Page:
Tuesday, April 27, 2010

Recore Marathon

So I took this week off work with the intent of getting as much done on the recore project as possible.  Not too hot, not too cold, and it's too early for black flies and mosquitoes.  Well, the temps have been good; black flies are getting worse each day.  I think the little bastards know that they can attack as soon as I mix up a batch of epoxy; knowing full well that I can't swat them or I will end up covered in stickiness.

Anyway, I was really happy with my first foray into the recore last week when I laminated up 6 small areas on the cabintop to get used to the process.  However, based on a discussion I had on Plastic Classic forum, I decided not to attempt to layup the core and cloth at the same time.  Tim Lackey reasoned that it was more important to ensure a good bond with the bottom skin than to worry about saving a few hours time.  He also noted that as your layup size gets bigger, so does the difficulty.  Boy was he right.

Late last week I decided it was time to tackle the main cabintop with a large section of core.  First I wet out the inner skin, edges, and each of the pieces of core that I cut and fitted earlier in the week.  Next I mixed up a thickened batch (Aerosil) and troweled it in the gaps between the inner skin and outer skin along the edges.  Time for another batch, this time slathering it onto the inner skin with a notched trowel.  At this point I set each of  the core pieces onto the inner skin and squished it down until the thickened epoxy squeezed out the edges.... Phew...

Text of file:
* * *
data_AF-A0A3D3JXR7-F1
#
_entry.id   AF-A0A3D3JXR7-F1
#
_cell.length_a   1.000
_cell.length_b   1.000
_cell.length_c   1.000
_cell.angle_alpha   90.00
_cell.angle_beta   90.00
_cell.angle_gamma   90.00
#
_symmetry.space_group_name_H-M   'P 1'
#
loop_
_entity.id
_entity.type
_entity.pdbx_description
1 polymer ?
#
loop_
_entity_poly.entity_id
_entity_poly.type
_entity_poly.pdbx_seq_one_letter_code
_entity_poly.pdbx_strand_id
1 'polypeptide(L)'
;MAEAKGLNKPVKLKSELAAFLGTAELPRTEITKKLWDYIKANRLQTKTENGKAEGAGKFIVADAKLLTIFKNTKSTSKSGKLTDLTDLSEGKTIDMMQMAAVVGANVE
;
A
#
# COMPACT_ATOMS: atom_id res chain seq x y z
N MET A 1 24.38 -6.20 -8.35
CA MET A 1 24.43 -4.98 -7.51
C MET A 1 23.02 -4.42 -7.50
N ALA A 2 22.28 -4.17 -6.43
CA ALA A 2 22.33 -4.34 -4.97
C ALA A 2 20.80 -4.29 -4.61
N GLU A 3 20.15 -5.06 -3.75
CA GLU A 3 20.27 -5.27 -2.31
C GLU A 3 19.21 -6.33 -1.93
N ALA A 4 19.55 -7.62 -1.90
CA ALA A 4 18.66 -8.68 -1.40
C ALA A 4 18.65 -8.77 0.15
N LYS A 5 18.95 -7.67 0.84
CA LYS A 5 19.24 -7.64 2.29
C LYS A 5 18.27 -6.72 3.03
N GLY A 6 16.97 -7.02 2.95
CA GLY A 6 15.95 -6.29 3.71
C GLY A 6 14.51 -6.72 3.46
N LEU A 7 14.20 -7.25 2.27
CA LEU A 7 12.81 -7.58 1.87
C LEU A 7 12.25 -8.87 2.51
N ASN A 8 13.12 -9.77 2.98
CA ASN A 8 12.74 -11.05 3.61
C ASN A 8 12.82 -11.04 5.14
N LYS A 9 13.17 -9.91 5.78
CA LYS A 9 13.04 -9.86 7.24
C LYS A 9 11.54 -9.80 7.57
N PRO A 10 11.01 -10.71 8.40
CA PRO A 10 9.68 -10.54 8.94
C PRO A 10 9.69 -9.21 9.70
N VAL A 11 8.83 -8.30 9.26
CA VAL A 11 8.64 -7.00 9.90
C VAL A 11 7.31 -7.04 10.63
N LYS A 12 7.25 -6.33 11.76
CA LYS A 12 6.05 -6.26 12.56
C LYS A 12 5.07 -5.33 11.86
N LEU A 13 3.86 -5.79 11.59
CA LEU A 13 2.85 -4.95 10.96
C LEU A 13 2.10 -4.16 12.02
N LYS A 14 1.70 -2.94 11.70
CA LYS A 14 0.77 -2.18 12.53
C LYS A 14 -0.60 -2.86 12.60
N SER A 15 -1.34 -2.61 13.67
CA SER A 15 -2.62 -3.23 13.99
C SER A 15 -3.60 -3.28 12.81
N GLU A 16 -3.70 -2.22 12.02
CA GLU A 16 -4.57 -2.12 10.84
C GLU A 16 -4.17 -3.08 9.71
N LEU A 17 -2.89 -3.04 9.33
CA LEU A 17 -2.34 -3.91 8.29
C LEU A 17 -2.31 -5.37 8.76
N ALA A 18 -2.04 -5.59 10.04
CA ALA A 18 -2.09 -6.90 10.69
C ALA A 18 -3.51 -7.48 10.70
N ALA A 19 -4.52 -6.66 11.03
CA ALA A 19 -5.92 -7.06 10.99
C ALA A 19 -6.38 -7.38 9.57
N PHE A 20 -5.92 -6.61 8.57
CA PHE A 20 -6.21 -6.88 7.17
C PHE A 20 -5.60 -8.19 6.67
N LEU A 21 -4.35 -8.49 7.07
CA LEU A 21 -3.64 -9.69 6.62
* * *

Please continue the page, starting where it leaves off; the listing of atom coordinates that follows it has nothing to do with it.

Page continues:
By now I was sweating like a pig and worried that everything would kick before I got it in place.  Once I got the final piece all set, I mixed up another thickened batch and slathered it over the top of  the core making sure to fill any gaps and kerf lines in the core.  I also partially filled the core-less areas where deck fittings are to be placed later on (so not too much heat builds up; I filled these after first batch kicked).  I finished up by putting bags of sand over the core to keep it everything in place while it cured.

Everything went well, but it was a bit stressful.  First, I was worried some of the bigger batches would kick before I spread them.  Second, I was doing all the mixing myself, so I had a lot of trips up and down the ladder and staging.  I don't think I would have been comfortable adding the cloth step at the same time.  I would have had to fill all the core-less areas immediately, risking too much heat buildup; but mostly, it would have just been way too much at once... I'll leave that to the pros and slow things down a bit.  It's not like I am launching this year anyway.

Saturday,  I tackled the foredecks.  First I spent more time than I'd like taping up thru-deck holes and shoring up the decks from the inside.  This is probably a good time to mention how bad I am at estimating time for projects like this.  I have a bad tendency to only focus on the actual work of doing the recore, I forget to calculate the time spent doing things like taping up holes, shoring up the decks, grinding tapers, cleaning up.  All this adds up to more time than the actual recore work itself.  To  make a long story short, I actually thought that I could cut the foredecks out, grind tapers, sand and prep inner skin, and install the core on all on Saturday.  HAAAAA.